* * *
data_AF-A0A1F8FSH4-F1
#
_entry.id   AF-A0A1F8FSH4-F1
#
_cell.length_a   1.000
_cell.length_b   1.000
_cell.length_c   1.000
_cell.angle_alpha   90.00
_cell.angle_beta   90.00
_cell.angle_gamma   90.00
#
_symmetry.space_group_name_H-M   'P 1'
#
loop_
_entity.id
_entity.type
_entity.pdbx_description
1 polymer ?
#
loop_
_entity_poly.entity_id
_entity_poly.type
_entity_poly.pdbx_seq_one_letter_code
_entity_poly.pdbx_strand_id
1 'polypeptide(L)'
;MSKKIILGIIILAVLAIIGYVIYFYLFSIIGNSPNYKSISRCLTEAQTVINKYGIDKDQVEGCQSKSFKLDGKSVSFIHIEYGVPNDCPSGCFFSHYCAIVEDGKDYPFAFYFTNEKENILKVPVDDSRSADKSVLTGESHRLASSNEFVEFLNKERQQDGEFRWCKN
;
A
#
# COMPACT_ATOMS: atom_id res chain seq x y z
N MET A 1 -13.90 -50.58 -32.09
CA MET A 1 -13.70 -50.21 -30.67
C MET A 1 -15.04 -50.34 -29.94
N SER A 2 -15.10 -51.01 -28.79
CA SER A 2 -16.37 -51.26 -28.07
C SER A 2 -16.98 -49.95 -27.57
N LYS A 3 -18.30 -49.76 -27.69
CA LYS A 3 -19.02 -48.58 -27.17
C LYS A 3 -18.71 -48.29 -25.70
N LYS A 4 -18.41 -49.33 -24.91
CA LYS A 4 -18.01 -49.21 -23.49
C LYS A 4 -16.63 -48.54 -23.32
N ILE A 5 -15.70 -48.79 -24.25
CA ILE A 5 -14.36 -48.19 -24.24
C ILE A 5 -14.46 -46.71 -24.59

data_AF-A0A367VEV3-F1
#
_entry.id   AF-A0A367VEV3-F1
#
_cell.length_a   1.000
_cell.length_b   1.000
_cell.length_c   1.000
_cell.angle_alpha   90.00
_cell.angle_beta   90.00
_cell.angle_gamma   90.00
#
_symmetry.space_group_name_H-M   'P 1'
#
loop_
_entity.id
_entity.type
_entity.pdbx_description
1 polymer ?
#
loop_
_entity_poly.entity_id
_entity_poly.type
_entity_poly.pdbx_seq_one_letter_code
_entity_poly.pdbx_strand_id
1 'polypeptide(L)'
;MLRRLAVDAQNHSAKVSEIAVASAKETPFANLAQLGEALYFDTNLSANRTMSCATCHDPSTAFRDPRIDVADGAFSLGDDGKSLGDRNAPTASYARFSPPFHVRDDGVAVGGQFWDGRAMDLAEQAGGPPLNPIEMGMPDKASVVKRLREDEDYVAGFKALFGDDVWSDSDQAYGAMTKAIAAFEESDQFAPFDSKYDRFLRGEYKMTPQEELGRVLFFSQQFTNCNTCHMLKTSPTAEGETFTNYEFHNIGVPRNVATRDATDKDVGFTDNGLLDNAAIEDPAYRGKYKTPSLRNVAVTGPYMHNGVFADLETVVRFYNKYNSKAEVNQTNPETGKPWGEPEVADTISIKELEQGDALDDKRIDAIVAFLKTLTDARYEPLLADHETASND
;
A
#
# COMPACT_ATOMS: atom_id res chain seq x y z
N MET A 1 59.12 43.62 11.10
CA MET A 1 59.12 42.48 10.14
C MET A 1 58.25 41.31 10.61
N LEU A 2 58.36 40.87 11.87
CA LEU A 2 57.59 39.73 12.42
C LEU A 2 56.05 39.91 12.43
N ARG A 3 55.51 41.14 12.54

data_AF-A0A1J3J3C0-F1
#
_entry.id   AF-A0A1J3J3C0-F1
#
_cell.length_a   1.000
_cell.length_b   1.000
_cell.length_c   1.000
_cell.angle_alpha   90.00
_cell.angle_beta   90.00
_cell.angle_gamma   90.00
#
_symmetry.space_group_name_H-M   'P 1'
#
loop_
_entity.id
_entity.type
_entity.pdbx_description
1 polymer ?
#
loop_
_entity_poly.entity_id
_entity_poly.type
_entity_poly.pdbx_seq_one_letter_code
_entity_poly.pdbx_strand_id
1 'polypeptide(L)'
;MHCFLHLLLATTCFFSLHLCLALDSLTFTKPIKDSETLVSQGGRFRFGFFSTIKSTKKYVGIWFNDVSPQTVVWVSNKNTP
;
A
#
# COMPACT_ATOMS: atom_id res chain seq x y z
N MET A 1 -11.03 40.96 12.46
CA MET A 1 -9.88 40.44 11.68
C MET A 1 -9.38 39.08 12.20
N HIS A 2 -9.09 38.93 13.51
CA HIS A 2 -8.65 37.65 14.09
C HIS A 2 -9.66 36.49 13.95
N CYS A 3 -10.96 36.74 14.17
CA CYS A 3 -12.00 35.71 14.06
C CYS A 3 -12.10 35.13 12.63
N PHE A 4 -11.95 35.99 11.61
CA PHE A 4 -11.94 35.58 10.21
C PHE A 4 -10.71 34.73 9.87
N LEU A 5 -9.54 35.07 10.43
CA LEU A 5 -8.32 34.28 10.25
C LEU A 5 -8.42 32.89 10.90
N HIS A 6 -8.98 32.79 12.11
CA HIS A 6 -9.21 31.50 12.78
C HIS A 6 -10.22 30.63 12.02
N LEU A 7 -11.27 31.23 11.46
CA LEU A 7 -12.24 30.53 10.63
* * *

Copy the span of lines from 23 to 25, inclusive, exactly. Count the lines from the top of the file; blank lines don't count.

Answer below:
_entity_poly.pdbx_seq_one_letter_code
_entity_poly.pdbx_strand_id
1 'polypeptide(L)'